Robin Scott-Elliot: Maradona and Becks: both golden, but only one's a god
View from the Sofa: Maradona by Kusturica, More4/Friday night with Jonathan Ross, BBC 1
Monday 19 July 2010
If the World Cup taught us anything it is that England have a lot of ground to make up when it comes to nicknames. To the rest of the world, the sporting moniker – or "your Ali" as it is know in cockney-rhyming slang, in tribute to the most borrowed author from the player's library at Upton Park – is all about flair and excitement. A South American winger will be the Cheetah with the Dancing Feet, whereas England have Stevie G.
As David Beckham has realised, it is no good just attaching a "y" to part of your name, not least because he would have ended up as Becky. He may not have come up with Golden Balls but he can't object to it. It makes a statement. It makes El Apache think twice before trying to nutmeg him.
Beckham is not the only one with gold in his name – there's David Gold for a start – but when it comes to footballers there is a significant other. El Pibe de Oro, the Golden Boy (it sounds so much better in Spanish), is Diego Maradona.
Maradona by Kusturica, the award-winning Serbian director, was a two-hour shambolic ramble around the chaotic life of a man who is, as the film went to great lengths to illustrate, a god in Argentina. It was engrossing. So, in a different way, was Beckham on Jonathan Ross's farewell show. He was immaculately turned out, polite and appropriately bashful, with a few sweet smiles and a bit of playful joshing with Rossy thrown in.
"I could have been much more than I am," Maradona informed Kusturica as he pondered the cocaine addiction that came close to killing him. Beckham, you suspect, has made absolutely everything of what he is, on and off the pitch.
Beckham's children, he told Ross, go to bed at 7.15, 7.45 and 9pm. Dalma, one of Maradona's daughters, would shy away from her father when he tried to hug her. The contrasts between the two are obvious, yet they both live their lives in a goldfish bowl (with Beckham surrounded by a few more pilot fish). One is adored, the other carefully presented.
When Argentina returned from South Africa after an equally horrid hammering from the Germans, thousands turned out to cheer them home. Because of Maradona. In the film, wherever he went it was pandemonium. Swirling crowds with inflamed passions, handfuls of frantic cameramen and, somewhere in the middle, this small, squat, incredibly proud man.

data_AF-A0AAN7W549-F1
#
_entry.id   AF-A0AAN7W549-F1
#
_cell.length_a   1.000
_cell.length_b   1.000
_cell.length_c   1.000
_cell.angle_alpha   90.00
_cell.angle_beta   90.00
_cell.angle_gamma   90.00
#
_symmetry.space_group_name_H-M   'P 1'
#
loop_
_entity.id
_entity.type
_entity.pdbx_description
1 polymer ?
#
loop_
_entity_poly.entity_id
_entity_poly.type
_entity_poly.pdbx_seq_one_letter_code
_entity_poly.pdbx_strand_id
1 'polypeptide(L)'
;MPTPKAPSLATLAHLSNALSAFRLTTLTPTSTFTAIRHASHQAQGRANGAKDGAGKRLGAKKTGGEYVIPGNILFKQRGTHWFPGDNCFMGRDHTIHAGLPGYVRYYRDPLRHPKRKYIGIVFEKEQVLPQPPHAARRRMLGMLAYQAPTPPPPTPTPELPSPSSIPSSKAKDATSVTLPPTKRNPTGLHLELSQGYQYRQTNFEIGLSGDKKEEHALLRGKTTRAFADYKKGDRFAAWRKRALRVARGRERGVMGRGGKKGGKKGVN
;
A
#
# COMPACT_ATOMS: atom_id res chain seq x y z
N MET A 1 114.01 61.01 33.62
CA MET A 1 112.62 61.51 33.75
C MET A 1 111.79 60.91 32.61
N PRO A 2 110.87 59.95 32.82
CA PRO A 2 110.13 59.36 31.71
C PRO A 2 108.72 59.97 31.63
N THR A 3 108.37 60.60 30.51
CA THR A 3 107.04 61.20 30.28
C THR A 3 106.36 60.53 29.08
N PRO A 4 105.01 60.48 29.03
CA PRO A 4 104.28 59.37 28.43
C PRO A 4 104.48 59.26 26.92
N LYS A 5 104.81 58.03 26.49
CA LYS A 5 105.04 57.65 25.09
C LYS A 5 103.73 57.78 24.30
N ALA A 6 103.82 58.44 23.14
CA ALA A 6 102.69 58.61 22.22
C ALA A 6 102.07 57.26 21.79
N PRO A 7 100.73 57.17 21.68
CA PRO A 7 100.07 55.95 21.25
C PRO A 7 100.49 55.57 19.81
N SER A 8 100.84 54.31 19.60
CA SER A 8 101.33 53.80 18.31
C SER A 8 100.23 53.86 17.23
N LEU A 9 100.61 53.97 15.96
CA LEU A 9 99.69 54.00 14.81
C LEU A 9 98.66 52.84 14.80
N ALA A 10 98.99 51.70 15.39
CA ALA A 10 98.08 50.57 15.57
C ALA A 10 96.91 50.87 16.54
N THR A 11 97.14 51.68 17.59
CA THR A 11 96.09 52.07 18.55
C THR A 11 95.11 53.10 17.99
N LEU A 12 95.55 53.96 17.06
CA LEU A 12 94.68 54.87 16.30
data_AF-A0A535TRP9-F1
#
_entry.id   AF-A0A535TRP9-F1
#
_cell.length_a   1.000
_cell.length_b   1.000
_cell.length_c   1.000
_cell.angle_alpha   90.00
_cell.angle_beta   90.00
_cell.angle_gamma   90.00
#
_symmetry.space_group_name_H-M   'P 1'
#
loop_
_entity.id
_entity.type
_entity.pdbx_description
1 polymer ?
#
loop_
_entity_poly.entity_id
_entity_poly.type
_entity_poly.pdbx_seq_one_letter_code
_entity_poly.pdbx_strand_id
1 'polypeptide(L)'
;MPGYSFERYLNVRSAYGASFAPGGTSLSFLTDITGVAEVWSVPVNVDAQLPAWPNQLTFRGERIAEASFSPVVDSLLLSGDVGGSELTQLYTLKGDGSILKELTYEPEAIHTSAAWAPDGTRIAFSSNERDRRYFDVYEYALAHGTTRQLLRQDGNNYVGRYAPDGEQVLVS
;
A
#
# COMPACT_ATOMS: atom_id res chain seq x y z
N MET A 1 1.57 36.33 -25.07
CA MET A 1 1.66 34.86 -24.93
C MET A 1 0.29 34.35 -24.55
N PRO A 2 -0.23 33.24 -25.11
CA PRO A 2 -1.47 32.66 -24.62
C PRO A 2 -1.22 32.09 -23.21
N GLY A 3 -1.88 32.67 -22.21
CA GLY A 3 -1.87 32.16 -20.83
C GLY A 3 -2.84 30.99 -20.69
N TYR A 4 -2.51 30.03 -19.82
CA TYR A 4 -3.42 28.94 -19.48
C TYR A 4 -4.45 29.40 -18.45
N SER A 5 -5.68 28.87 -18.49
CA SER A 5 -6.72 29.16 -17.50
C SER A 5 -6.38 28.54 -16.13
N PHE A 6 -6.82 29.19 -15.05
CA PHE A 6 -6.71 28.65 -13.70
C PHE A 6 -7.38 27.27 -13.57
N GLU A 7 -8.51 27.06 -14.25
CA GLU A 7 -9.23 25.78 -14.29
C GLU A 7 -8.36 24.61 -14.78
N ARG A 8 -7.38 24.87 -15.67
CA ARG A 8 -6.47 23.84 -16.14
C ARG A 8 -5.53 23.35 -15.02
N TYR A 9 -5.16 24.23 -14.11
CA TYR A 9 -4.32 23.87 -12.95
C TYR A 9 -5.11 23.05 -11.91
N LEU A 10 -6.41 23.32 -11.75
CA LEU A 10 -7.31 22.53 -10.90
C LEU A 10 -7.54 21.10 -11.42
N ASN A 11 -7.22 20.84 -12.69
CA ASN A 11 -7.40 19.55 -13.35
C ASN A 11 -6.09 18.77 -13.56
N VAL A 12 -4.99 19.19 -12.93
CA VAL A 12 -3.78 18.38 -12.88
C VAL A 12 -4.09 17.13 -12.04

He went back to Napoli and was mobbed. He went to Mar del Plata for a huge anti-US/George Bush rally (don't ask, it was a confusing two hours as well) and was again the focus of attention. To the supporters of his clubs – Boca and Napoli are teams from the wrong side of the tracks, while Barcelona have an anti-establishment background – he is forever a hero, a divine figure and, yet, still one of them. At one point, Maradona was on a train and a man pushed his dog against the window so the lucky animal might get a glimpse.
Beckham says he has obsessive compulsive disorder. Part of that, he explained to Ross, saw him sitting alone in a hotel room in Milan desperately trying to finish a Lego model of the Taj Mahal. Maradona spoke of the loneliness of his time as a footballer, but passing the hours with Lego was not his way of getting through it. "Actors," he said, "are given a text and they read it. I don't read it. I live it. I live my life."
After giving gay film R-rating despite no sex or violencefilm
Arts & Ents blogs
- 1 Mother fed her daughter tapeworms to make her skinny for beauty pageant
- 2 Richard Dawkins on babies with Down Syndrome: 'Abort it and try again – it would be immoral to bring it into the world'
- 3 Crystal Palace next manager latest: Palace consider Ally McCoist - EXCLUSIVE
- 4 ALS ice bucket challenge co-founder Corey Griffin drowns, aged 27
- 5 Tim Sherwood column: 'It started as a three-horse race but turned into the Grand National'
Jeremy Clarkson 'sees no problem' with his racist language on Top Gear, says BBC
Lucy, film review: Scarlett Johansson will blow your mind in Luc Besson's complex thriller
Emmys look set to overhaul the Oscars as Hollywood’s prize draw
Miley Cyrus concert banned on morality grounds in the Dominican Republic
Celebrity Big Brother 2014 line-up: Meet the contestants from Lauren Goodger to Kellie Maloney and Audley Harrison
Richard Dawkins on babies with Down Syndrome: 'Abort it and try again – it would be immoral to bring it into the world'
Scottish independence: English people overwhelmingly want Scotland to stay in the UK
Isis threat: Cameron wants an alliance with Iran
Michael Brown shooting: Chaos erupts on the streets of Ferguson after autopsy shows teenager was shot six times – twice in the head
Bin bag full of cats' heads discovered near Manchester's Curry Mile
Disgusting, frustrating, but intriguing: how the country really feels about its politicians